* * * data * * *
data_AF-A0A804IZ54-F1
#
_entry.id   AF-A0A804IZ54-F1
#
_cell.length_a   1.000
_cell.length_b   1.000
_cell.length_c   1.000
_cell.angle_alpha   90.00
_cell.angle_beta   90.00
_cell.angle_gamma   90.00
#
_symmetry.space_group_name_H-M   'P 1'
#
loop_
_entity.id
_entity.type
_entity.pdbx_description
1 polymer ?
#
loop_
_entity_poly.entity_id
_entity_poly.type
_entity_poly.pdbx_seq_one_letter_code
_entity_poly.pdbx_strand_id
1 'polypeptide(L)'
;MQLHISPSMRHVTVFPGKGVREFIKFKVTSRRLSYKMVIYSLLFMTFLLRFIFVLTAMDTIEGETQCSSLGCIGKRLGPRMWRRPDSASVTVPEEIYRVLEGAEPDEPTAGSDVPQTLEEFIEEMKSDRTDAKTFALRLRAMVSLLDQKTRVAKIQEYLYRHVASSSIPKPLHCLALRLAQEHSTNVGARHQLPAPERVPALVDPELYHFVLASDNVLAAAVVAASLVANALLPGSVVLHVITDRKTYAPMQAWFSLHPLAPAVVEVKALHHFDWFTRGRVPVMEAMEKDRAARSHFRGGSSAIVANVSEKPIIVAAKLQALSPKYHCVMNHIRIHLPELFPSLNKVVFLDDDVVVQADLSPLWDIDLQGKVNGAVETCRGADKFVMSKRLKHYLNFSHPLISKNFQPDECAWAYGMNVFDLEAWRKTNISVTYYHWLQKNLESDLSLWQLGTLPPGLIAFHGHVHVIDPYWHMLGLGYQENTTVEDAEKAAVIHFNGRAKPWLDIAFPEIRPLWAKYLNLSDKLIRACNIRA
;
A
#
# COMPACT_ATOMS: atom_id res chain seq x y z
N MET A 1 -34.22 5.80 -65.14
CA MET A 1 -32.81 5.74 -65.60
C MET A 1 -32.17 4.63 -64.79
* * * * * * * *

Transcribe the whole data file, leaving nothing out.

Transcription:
data_AF-A0A804IZ54-F1
#
_entry.id   AF-A0A804IZ54-F1
#
_cell.length_a   1.000
_cell.length_b   1.000
_cell.length_c   1.000
_cell.angle_alpha   90.00
_cell.angle_beta   90.00
_cell.angle_gamma   90.00
#
_symmetry.space_group_name_H-M   'P 1'
#
loop_
_entity.id
_entity.type
_entity.pdbx_description
1 polymer ?
#
loop_
_entity_poly.entity_id
_entity_poly.type
_entity_poly.pdbx_seq_one_letter_code
_entity_poly.pdbx_strand_id
1 'polypeptide(L)'
;MQLHISPSMRHVTVFPGKGVREFIKFKVTSRRLSYKMVIYSLLFMTFLLRFIFVLTAMDTIEGETQCSSLGCIGKRLGPRMWRRPDSASVTVPEEIYRVLEGAEPDEPTAGSDVPQTLEEFIEEMKSDRTDAKTFALRLRAMVSLLDQKTRVAKIQEYLYRHVASSSIPKPLHCLALRLAQEHSTNVGARHQLPAPERVPALVDPELYHFVLASDNVLAAAVVAASLVANALLPGSVVLHVITDRKTYAPMQAWFSLHPLAPAVVEVKALHHFDWFTRGRVPVMEAMEKDRAARSHFRGGSSAIVANVSEKPIIVAAKLQALSPKYHCVMNHIRIHLPELFPSLNKVVFLDDDVVVQADLSPLWDIDLQGKVNGAVETCRGADKFVMSKRLKHYLNFSHPLISKNFQPDECAWAYGMNVFDLEAWRKTNISVTYYHWLQKNLESDLSLWQLGTLPPGLIAFHGHVHVIDPYWHMLGLGYQENTTVEDAEKAAVIHFNGRAKPWLDIAFPEIRPLWAKYLNLSDKLIRACNIRA
;
A
#
# COMPACT_ATOMS: atom_id res chain seq x y z
N MET A 1 -34.22 5.80 -65.14
CA MET A 1 -32.81 5.74 -65.60
C MET A 1 -32.17 4.63 -64.79